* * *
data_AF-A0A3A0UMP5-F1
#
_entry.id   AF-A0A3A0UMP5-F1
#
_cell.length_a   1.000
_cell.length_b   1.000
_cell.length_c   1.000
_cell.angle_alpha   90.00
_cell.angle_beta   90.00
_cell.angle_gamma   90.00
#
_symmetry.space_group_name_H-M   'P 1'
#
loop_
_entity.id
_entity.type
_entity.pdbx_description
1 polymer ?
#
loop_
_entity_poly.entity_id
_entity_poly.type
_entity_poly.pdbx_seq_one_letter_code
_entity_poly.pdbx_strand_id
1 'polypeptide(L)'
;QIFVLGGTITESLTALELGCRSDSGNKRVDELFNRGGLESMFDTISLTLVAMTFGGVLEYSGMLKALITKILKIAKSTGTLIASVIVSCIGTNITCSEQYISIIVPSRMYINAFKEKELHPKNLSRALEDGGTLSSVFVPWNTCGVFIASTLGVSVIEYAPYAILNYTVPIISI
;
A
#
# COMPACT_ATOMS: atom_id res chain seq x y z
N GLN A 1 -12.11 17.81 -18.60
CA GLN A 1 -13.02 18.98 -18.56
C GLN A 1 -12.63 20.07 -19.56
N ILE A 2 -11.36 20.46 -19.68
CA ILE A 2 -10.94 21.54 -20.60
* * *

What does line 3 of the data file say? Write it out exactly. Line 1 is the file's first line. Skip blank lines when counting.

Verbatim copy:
_entry.id   AF-A0A3A0UMP5-F1